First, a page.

The power of place also gives simple reminders, if not lessons, that a dead lawyer, a murdered priest (though 2000 people did show up to his funeral), and certainly a slain antifa activist, are far from most Moscovites’ daily concerns. Talking with Russians about their lives makes events in the news sound like reports from an alien planet.
I realized how much most issues the Russian and Western press miss daily life when I happened to walk past the infamous Anti-Sovetskii cafe last week with A., the woman from the university that registered Maya and I. As we walked past chatting, I happened to notice the Hotel Sovetskii across the street. “Isn’t that cafe Anti-Sovetskii somewhere around here?” I asked. She didn’t know what I was talking about. “I read about it in the news about a month ago. The restaurant was named Anti-Sovetskii but the district head made them take their sign down.” Then I noticed the red awning draping above the entrance to a restaurant a few meters in front of us. “I think that is it,” I said, pointing ahead. It was difficult to be sure at first glance because the eatery’s name was conspicuously missing save a few nails which made no discernible outline. It was only after examining the display in front on entrance was I able to confirm that it was indeed Anti-Sovetskii. After I explained the scandal to A., she repeated that she had never heard of it.
And why the hell would she have? After all, when she enters work everyday, she doesn’t see Stalin, but large photos of Petr Stolypin and Sergei Witte on one end, and Gorbachev, George Bush I, and Yeltsin on the other. All the stories the media pounds about the rehabilitation of Stalin has nothing to do with daily life. His image is mostly where it belongs–in museums.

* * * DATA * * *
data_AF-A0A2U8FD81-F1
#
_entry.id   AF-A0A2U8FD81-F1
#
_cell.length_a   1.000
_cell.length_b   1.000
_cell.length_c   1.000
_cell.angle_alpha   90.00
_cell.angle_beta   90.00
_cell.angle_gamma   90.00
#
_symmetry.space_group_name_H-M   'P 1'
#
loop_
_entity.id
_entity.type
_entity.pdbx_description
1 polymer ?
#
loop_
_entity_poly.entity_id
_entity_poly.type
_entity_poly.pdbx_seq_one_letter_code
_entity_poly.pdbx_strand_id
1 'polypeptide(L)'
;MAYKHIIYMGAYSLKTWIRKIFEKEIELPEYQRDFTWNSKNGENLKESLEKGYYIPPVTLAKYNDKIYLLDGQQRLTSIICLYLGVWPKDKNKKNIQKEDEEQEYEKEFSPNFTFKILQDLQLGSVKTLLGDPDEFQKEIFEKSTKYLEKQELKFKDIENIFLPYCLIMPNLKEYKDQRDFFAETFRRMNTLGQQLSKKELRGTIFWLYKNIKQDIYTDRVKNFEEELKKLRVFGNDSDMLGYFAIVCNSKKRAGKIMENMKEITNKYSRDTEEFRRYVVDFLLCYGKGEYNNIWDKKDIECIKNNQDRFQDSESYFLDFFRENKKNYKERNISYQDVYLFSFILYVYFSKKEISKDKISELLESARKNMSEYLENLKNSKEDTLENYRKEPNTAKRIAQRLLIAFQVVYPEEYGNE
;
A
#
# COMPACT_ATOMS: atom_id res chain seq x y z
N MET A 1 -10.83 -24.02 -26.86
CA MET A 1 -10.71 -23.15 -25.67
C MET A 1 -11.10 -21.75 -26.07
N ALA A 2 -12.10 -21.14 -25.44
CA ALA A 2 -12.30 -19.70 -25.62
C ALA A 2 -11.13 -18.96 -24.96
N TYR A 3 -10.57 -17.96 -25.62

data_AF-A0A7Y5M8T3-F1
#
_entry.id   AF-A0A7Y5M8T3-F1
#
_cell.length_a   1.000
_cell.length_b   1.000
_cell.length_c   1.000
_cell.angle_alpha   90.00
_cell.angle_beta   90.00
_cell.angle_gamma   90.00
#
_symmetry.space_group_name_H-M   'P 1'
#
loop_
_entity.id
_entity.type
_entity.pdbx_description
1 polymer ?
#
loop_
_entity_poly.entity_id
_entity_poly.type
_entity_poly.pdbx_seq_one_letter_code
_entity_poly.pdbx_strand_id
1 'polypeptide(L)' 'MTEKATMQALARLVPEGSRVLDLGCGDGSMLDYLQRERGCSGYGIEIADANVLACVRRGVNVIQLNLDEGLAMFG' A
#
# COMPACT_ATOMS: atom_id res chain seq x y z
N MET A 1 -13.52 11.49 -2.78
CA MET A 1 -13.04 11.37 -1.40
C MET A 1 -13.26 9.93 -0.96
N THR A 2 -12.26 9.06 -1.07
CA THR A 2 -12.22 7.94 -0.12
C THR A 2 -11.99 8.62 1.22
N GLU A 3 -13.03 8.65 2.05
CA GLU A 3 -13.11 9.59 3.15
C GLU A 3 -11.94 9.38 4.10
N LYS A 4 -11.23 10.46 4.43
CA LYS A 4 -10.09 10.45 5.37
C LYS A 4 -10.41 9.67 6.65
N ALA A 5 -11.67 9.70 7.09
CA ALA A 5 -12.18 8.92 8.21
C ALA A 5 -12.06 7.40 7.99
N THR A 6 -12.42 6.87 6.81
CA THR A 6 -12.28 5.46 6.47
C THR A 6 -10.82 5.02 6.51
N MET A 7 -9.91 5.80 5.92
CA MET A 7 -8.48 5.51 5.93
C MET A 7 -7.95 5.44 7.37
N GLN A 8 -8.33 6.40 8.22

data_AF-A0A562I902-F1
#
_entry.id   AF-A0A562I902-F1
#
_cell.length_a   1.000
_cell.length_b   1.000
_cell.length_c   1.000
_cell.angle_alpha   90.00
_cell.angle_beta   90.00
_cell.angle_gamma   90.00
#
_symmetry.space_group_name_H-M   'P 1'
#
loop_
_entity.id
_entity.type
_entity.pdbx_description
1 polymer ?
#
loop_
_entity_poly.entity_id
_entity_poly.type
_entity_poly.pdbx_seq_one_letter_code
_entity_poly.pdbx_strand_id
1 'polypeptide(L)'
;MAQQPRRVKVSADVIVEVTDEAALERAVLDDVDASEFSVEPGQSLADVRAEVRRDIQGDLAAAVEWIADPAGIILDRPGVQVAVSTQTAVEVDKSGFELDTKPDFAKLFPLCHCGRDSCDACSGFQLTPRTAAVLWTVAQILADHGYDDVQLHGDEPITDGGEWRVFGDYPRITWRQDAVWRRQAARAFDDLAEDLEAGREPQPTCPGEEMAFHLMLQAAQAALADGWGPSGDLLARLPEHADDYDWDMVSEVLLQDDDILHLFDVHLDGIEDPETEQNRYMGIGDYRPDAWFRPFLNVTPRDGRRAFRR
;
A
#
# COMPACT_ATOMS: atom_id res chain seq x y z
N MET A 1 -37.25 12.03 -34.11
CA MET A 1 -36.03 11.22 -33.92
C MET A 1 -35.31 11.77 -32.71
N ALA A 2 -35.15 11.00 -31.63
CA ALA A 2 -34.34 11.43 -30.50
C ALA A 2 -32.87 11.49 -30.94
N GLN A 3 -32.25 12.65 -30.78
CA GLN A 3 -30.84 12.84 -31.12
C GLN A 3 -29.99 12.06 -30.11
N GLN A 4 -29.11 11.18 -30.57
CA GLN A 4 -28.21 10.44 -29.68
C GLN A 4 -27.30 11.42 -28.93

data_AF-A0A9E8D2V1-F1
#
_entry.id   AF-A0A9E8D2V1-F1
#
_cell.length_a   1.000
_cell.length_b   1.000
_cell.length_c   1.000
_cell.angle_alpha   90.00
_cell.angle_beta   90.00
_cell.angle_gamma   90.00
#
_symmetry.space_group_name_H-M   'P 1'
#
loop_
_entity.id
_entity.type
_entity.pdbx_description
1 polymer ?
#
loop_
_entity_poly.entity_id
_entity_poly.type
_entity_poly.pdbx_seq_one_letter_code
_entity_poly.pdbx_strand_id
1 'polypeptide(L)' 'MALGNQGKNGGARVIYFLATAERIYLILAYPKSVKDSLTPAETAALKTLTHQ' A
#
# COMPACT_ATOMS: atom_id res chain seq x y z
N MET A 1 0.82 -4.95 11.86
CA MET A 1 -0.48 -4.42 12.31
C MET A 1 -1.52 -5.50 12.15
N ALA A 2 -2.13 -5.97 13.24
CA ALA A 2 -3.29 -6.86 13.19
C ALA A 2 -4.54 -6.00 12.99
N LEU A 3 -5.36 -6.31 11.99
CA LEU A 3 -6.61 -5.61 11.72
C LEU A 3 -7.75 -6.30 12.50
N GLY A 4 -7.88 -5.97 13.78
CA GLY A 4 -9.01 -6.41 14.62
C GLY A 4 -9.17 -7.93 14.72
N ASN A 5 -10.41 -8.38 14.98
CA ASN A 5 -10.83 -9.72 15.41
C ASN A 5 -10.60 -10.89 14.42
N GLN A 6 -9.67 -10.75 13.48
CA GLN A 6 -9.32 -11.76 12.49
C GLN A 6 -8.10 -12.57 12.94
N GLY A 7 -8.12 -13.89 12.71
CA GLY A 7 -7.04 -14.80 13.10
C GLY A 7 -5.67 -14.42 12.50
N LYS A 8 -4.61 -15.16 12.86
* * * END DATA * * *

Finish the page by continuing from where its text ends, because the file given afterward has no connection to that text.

Several minutes later we’re talking about her position at the university. She just started working there a few months before. The last company she worked for went belly up. She says the work in the university is fine but the pay is low. She tells us that the average salary in Moscow is about $1000 a month and she is making well below that. “Is it hard to find work?” Maya asks. It is, she reports, especially work that pays enough to afford life in Moscow.
There has been one word I have heard repeatedly since I’ve been here: Krizis. (The only word I’ve heard more is probka, or traffic jam, and indeed Moscow’s streets are a traffic nightmare.) Usually “crisis” is proceeded with “after” or “since.” Its impact on people and their families seems to vary. “None of my friends or myself have felt any crisis,” says I., our driver from Domodedovo airport. I.’s part-time gig is transporting foreign academics to and from the airport. The job is through a friend of a friend who helps get foreign scholars visas and apartments in Moscow. “Look,” I. says pointing at one of the many construction sites outside Moscow. “Where is the crisis?” He tells me that his work hasn’t suffered in the last several months. Apparently shuttling academics is steady work. “Most of my friends aren’t officially employed,” he explains. I. discards all official unemployment statistics as worthless. “They (i.e. the powers that be) don’t know how we live.” This ignorance on the part of the state does have some advantages. “Neither I or any of my friends pay taxes,” he tells me.